126 - Dancer In The Dark (2000)

Dancer In The Dark tells of Selma, a lady who is going blind who is trying to pay for her son's operation.

Shy and retiring Selma (Björk) loves musicals. With her sight slowly getting worse due to a hereditary disease she makes the most of all of the sound around her to transport her to her own private fantasies.

This often gets her into trouble at work as her daydreaming leaves her accident prone in charge of machinery. Much of her work money goes towards saving for an operation for her son to cure him of the imminent blindness.

Her police officer landlord has financial trouble himself and when he finds Selma hiding the large sum of money he takes it, forcing Selma to make a life or death decision for the both of them.

Theatrical Poster
Source: Wikipedia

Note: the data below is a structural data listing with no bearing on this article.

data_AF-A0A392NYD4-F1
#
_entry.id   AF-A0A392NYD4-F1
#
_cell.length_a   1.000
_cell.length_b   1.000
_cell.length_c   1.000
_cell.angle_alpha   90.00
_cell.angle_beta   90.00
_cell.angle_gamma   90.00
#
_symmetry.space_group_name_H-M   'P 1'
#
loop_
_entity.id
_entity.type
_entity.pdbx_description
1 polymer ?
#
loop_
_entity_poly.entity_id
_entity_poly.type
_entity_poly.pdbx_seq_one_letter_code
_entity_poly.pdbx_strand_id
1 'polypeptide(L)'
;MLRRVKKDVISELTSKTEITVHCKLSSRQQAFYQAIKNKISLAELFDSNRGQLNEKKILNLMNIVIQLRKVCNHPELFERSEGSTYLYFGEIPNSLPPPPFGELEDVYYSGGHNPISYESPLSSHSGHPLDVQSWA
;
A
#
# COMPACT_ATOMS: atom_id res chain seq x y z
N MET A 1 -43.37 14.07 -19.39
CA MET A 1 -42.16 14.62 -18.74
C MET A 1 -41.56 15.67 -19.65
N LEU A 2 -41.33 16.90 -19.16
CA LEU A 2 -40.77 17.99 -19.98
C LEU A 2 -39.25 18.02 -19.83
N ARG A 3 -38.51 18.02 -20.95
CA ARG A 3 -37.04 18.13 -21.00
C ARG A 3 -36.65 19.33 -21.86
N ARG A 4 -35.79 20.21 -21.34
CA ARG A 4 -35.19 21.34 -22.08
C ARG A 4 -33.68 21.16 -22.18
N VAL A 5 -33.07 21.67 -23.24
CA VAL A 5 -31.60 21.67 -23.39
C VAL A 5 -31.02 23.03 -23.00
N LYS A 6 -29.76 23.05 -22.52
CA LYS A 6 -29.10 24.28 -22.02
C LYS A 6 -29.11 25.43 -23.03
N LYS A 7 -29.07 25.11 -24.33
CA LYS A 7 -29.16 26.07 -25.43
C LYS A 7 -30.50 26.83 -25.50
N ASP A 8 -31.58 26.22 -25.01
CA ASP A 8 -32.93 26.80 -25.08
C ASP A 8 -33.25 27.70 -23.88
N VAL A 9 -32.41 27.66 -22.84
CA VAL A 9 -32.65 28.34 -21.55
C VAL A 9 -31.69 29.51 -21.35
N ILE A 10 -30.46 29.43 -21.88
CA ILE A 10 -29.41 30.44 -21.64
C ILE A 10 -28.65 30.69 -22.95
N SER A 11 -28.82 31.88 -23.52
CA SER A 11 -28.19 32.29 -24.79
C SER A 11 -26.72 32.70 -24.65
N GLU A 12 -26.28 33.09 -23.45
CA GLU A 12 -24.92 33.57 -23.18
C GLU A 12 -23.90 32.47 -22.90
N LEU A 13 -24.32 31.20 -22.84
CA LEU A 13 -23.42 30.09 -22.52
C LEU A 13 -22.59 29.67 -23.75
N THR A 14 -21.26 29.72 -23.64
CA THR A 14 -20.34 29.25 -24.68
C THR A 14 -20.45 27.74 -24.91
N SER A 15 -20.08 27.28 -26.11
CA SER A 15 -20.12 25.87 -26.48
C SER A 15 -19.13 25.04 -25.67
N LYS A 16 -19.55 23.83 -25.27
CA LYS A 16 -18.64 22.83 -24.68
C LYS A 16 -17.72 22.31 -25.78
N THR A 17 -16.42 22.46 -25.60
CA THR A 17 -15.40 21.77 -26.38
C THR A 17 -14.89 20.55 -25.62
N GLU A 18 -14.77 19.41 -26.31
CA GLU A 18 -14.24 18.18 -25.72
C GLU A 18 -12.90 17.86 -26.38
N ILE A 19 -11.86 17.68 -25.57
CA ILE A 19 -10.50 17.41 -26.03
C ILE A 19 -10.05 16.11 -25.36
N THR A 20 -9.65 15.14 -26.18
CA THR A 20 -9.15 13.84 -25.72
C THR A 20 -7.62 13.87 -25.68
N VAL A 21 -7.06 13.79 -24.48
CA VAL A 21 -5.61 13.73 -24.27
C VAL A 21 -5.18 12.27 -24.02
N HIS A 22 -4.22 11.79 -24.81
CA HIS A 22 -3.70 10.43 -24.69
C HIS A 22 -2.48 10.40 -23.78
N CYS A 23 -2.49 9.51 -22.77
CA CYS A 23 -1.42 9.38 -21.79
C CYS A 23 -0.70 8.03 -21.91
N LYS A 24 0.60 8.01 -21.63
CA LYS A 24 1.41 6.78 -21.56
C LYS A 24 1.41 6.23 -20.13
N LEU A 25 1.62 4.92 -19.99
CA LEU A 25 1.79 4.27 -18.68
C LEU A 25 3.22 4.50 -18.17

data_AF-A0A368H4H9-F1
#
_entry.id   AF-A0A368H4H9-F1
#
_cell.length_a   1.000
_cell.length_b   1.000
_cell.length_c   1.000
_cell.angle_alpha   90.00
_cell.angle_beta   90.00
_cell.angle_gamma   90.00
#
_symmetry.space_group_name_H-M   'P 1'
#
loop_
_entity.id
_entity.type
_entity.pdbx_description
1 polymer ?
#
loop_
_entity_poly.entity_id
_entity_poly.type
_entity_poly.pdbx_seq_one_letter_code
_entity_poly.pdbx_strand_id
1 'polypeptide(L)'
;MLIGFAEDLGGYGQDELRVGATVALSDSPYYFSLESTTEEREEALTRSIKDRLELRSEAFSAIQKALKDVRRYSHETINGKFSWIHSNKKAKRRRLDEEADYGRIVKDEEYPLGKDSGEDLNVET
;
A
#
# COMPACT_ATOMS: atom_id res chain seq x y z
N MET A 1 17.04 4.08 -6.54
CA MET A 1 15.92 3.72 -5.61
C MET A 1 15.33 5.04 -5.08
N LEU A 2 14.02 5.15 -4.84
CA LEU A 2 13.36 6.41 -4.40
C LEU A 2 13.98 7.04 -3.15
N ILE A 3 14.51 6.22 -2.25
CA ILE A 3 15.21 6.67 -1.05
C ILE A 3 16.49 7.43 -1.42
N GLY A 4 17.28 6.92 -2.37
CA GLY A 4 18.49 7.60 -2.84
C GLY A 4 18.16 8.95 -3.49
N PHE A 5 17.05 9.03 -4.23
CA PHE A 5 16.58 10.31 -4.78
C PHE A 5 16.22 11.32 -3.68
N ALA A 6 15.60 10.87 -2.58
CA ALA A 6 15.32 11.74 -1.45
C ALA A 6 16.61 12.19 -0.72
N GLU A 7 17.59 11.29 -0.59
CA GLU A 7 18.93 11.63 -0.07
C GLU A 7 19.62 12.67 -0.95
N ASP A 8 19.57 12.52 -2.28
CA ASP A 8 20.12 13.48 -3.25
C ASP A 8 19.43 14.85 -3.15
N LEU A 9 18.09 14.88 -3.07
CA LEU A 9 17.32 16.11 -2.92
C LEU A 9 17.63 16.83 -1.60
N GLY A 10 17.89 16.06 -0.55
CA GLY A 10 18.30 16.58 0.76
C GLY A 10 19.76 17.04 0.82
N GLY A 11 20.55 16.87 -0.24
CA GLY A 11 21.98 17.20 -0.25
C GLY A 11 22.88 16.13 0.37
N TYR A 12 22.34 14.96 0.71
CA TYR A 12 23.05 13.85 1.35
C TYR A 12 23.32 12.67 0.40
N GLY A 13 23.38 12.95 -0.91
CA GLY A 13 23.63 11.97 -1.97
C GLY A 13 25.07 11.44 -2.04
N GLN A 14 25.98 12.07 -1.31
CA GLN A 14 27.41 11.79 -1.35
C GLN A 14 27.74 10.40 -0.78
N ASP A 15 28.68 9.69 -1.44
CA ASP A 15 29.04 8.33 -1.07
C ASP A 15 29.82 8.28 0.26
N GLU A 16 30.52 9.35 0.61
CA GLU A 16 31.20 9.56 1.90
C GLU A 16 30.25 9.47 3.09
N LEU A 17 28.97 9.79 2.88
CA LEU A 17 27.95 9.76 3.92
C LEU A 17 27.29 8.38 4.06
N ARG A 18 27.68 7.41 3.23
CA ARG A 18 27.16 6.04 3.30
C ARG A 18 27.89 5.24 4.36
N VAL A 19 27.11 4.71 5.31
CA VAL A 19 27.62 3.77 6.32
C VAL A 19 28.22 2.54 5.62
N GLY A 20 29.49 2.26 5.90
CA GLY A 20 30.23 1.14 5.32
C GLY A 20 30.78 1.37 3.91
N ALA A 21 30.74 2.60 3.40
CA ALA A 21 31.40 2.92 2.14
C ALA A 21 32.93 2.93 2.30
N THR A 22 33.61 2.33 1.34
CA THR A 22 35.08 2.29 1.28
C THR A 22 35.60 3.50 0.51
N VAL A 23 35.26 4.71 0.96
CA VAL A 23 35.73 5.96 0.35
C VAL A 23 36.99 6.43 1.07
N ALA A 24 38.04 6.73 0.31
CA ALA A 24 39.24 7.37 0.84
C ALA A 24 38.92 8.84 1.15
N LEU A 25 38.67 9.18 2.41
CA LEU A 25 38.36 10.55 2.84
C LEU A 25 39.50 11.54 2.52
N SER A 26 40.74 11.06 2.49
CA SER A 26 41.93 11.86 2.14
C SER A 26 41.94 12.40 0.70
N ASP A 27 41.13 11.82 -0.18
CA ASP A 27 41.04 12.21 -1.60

So, Dancer In The Dark. It's an oddball. But that doesn't make it a bad film. In fact, it's rather good. In truth, after the ending credits rolled I looked back on a powerful but poignant Danish melodrama that was both heart-wrenching and amusing.

OK, so yes, it is a little bizarre. Despite being a renowned Icelandic singer Björk sounds more croaky than Kermit's aphasic grandfather but this change in voice adds to the atmosphere and her Eastern European accent is both authentic and believable. She even acknowledges the condition of her character and embraces it in her acting to bring Selma alive during the fantasy scenes.

I'm not a big fan of the songs that enable this film to be classed as a musical but I can appreciate the reason for them being there. The real storyline substance is in Selma's dilemma and this is what should be applauded rather than any criticism of the songs. If you want to see a true musical, watch The Sound of Music - the film that is rehearsed by Selma.

Sure, some people will dislike the bizarre themes, but it is strangely compelling and leaves you wanting more.